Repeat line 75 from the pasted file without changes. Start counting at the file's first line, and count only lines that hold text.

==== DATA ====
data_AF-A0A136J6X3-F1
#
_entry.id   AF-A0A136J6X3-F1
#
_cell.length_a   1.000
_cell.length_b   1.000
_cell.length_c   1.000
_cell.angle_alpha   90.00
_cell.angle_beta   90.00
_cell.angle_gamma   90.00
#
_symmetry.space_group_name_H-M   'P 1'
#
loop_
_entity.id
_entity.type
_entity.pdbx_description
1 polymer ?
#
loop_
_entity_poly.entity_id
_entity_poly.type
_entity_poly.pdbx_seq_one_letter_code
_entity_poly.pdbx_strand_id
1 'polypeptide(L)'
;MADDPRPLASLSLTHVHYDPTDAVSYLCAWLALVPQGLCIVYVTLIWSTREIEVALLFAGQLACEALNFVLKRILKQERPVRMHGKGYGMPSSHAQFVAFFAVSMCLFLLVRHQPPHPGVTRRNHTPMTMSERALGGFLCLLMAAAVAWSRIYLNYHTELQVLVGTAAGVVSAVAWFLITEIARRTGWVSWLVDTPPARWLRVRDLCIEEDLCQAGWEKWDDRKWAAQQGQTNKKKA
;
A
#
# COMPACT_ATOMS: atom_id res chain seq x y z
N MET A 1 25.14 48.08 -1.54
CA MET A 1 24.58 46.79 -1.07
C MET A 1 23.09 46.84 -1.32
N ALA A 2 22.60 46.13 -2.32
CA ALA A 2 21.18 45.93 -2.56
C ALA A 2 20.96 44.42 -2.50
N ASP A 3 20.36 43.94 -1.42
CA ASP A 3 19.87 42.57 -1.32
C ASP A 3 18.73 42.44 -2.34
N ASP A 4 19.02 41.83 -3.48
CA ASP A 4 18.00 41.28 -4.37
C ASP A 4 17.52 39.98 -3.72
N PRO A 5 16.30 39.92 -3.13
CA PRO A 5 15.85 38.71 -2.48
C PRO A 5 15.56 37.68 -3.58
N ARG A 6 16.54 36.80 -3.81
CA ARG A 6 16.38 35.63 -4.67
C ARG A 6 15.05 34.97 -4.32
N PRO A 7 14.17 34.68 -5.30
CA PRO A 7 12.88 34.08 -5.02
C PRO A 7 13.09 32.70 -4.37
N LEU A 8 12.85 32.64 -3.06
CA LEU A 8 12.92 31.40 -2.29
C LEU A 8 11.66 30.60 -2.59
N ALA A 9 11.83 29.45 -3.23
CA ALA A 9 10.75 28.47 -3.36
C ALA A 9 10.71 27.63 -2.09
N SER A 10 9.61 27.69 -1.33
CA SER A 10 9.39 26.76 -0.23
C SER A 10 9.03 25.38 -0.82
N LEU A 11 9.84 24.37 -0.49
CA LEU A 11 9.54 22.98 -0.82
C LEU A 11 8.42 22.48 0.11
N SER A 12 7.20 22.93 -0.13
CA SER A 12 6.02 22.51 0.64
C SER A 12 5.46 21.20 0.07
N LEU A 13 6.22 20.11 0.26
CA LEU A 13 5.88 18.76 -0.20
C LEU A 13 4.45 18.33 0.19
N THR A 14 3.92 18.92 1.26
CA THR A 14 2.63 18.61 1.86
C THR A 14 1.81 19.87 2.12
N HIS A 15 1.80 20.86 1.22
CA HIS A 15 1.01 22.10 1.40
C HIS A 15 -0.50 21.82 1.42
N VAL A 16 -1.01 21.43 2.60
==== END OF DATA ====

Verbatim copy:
C HIS A 15 -0.50 21.82 1.42